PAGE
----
In Brief:

With a ridge overhead, we soar to the 80’s F for a couple of days. Moisture returns with the heat – so afternoon thunderstorms (we’ll have to watch the severe chances) return today (Thursday) as well. A cool front comes in for the the weekend. We cool to the 70’s F and have pretty good daily chances of rain and thundershowers.

Forecast Discussion:

Widely scattered storms will form in the mountains and move eastward this afternoon (Thursday- Figure 1). High pressure at the surface and aloft mean heat – temperatures in the mid to upper 80’s F.

Meteorologist Matt Makins (via Twitter @MattMakens) posted some interesting statistics. “Interesting Denver weather tidbits: In 2018 through June 10th, we had 12 days in the 90s. Yet in 2019 through June 10th, we have yet to hit the 90s and have only been 80°+ 8 times.”

There are no 90’s+ F in the forecast and longer range models show the cool (and moist) conditions will continue for a number of weeks to come, overall (Figure 2).

The heat Thursday will be about 7 to 9 degrees F above normal (Figure 3). Thursday and Friday are the warmest days.

With heat and moisture – will we see severe weather return? Figure 5 shows a Marginal Risk (1 on a scale of 1-5) out on the Eastern Plains. We HAVE seen this get expanded westward on the day of the event a number of times. I’ll update this post if the SPC changes the western boundary.

The Longer Range Forecast:

Similar to Thursday, there is a chance of severe weather out on the Plains on Friday as well (Figure 6). It doesn’t extend back to the I-25 folks, but that might change.

The cool down on Saturday (Figure 4) knocks the temperatures to some 6-8 degrees F below average.

Figure 2 shows that there are elevated chances of rain beginning Friday and continuing to Monday (green box). The coolest period spans Saturday to Monday (black box). Over the next 5 days, the GFS gives about a quarter of the state up to 1 inch or more of rain and a lot of folks 1/2 inch or more rainfall. Don’t trust any one spot (like the pink dot for Longmont where there is exactly 1/2 inch of water) but this pattern and overall rainfall highlights are probably reliable.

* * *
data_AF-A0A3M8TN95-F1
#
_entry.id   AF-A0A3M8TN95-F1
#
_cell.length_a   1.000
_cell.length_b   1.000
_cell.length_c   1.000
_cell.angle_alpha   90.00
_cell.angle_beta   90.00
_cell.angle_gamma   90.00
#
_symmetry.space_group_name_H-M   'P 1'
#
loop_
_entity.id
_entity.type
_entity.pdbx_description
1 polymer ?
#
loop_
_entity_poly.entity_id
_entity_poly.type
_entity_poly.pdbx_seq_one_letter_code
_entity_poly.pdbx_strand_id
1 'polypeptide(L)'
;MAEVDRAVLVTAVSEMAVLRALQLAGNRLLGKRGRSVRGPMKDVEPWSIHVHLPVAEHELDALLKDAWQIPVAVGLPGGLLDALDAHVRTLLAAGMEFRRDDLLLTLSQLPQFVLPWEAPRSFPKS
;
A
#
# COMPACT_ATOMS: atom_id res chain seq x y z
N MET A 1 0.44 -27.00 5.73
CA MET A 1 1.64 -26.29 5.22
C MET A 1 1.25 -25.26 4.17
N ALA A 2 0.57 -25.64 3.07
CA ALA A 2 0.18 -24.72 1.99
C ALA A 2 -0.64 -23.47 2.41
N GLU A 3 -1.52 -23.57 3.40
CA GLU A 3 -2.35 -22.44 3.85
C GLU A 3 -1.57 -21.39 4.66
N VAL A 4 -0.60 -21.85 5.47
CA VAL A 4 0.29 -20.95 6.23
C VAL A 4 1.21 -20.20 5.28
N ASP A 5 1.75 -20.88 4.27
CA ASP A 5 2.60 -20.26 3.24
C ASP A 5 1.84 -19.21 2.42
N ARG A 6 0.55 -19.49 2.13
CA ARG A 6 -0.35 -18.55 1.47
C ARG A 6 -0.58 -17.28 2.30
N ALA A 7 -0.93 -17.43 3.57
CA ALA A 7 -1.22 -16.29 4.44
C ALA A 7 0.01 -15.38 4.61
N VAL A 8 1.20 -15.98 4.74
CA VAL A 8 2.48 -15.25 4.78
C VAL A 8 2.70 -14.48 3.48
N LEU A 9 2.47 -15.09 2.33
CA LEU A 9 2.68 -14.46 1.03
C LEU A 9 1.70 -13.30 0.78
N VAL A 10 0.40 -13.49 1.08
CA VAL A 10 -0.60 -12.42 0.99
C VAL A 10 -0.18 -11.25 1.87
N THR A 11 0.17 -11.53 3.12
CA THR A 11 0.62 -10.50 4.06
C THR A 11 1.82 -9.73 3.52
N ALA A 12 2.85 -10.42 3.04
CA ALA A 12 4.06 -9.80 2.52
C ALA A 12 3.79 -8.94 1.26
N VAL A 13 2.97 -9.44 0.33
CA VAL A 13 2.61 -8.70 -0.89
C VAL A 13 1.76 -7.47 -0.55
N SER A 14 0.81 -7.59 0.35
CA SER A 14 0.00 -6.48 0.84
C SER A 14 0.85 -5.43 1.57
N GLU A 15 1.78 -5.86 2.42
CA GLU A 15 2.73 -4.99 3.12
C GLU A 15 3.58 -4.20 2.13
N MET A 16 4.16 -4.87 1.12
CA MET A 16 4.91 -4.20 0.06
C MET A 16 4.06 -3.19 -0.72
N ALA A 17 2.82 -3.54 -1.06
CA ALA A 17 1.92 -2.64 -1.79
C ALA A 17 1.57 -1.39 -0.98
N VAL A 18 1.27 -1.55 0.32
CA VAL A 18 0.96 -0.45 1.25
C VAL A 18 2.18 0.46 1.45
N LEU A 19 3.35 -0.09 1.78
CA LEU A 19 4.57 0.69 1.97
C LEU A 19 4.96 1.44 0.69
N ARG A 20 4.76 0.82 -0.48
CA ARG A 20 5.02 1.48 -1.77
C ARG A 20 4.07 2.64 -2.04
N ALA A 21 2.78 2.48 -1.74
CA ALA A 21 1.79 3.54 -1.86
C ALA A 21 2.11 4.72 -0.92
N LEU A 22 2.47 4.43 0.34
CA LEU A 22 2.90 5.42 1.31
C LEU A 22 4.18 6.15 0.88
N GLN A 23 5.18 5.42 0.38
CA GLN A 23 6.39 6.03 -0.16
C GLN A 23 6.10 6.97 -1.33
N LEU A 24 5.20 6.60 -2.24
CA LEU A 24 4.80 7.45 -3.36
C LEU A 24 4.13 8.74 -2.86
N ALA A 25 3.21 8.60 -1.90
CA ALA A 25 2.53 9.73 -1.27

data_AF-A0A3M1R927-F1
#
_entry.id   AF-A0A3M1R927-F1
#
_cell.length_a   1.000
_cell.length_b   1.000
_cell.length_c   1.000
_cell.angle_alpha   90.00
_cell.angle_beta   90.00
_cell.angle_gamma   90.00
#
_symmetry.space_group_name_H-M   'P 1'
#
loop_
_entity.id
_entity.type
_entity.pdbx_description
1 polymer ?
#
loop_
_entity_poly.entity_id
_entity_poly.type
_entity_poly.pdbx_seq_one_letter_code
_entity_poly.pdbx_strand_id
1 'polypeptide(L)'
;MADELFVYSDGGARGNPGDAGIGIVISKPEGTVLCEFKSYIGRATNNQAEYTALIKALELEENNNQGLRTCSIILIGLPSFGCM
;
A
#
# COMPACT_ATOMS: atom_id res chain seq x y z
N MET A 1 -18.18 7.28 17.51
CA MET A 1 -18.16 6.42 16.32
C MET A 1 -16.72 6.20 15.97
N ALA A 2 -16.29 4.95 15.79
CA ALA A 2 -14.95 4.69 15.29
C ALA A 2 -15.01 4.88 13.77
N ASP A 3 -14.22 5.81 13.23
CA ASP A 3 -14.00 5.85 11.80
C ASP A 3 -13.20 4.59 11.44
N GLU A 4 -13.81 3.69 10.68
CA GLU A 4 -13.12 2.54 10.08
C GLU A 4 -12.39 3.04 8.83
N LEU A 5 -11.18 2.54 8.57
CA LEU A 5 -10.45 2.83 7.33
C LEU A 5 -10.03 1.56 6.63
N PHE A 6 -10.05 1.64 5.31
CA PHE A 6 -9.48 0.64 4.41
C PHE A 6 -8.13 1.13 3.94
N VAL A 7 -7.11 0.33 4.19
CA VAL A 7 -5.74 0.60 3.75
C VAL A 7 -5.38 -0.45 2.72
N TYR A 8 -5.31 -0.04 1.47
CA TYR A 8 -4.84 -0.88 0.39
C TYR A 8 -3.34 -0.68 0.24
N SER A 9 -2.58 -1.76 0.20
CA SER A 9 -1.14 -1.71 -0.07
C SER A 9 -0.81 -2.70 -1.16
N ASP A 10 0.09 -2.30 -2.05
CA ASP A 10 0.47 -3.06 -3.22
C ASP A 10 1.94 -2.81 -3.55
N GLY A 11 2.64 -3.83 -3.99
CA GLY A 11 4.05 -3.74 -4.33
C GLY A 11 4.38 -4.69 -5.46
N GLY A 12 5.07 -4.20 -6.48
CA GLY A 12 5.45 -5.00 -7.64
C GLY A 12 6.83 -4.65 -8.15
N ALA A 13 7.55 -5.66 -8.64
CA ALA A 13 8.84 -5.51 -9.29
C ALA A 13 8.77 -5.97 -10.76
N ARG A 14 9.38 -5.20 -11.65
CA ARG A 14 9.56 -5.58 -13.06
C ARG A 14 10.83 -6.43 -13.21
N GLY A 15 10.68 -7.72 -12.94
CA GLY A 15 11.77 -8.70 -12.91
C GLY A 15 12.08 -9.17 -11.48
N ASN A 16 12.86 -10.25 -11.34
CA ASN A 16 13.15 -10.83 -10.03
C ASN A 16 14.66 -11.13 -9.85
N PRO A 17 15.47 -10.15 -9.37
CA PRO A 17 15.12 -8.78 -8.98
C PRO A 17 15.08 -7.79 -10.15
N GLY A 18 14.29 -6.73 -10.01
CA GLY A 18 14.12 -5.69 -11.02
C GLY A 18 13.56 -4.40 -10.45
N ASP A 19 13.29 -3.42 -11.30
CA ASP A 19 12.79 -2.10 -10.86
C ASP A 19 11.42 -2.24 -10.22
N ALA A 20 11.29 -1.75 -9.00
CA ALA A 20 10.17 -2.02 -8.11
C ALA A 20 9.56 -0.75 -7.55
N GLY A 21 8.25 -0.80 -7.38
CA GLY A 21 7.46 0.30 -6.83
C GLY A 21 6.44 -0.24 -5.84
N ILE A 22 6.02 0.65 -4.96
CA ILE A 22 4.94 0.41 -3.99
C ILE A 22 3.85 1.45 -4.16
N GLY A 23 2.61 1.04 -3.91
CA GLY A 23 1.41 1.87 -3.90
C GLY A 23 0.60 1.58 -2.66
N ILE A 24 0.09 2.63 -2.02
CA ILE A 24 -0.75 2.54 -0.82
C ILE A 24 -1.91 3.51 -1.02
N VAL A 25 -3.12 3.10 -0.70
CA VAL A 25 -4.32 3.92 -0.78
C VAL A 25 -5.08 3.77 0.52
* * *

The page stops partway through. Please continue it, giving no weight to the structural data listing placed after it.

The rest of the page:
Figure 1: The forecast surface map for Thursday night from NCEP.
Figure 2: the graphical forecast for the next 10 days for Longmont, CO from weatherunderground.com
Figure 3: The forecast temperature departure from normal map from the GFS and weather5280.com for Colorado, Thursday PM.
Figure 4: The forecast temperature departure from normal map from the GFS and weather5280.com for Colorado, Saturday PM.
Figure 5: The severe storm weather forecast for the U.S. from the Storm Predication Center in Norman, OK. Made Wednesday for Thursday.
Figure 6: The severe storm weather forecast for the U.S. from the Storm Predication Center in Norman, OK. Made Wednesday for Friday.
Figure 7: the forecast accumulated precipitation map from the GFS and weather5280.com for Colorado,over the next 5 days.
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John Ensworth works from Longmont as the Principle Investigator for the NASA Science Mission Directorate Earth and space science education product review through the IGES (The Institute for Global Environmental Strategies – www.strategies.org) . He is in his 14th year running this review. He is an astronomer (from the 2nd grade onward) and became a meteorologist (in the 5th grade) when a thunderstorm in Arizona rained on his telescope when the weather service had only forecasted a 10% chance of rain. He has college degrees in physics and astronomy and climatology and a graduate degree in meteorology and earth science. He lectures at the Little Thompson Observatory in Berthoud, the Estes Park Memorial Observatory in Estes Park, and for a number of online universities. He built and runs a backyard observatory near Pace and 17th in northeast Longmont where he has lived for 8 years with his wife, daughter, son, and two cats. Invitations to open house nights at this observatory, LTO, and EPMO will be posted with future discussions when they are scheduled. Forecasting severe weather and snow amounts via text lead to this column. He began texting friends about the weather right after the September 2013 flood. The readers of this column will, hopefully, keep him honest in what he ‘thought’ he had forecasted for ‘the most recent’ storm.

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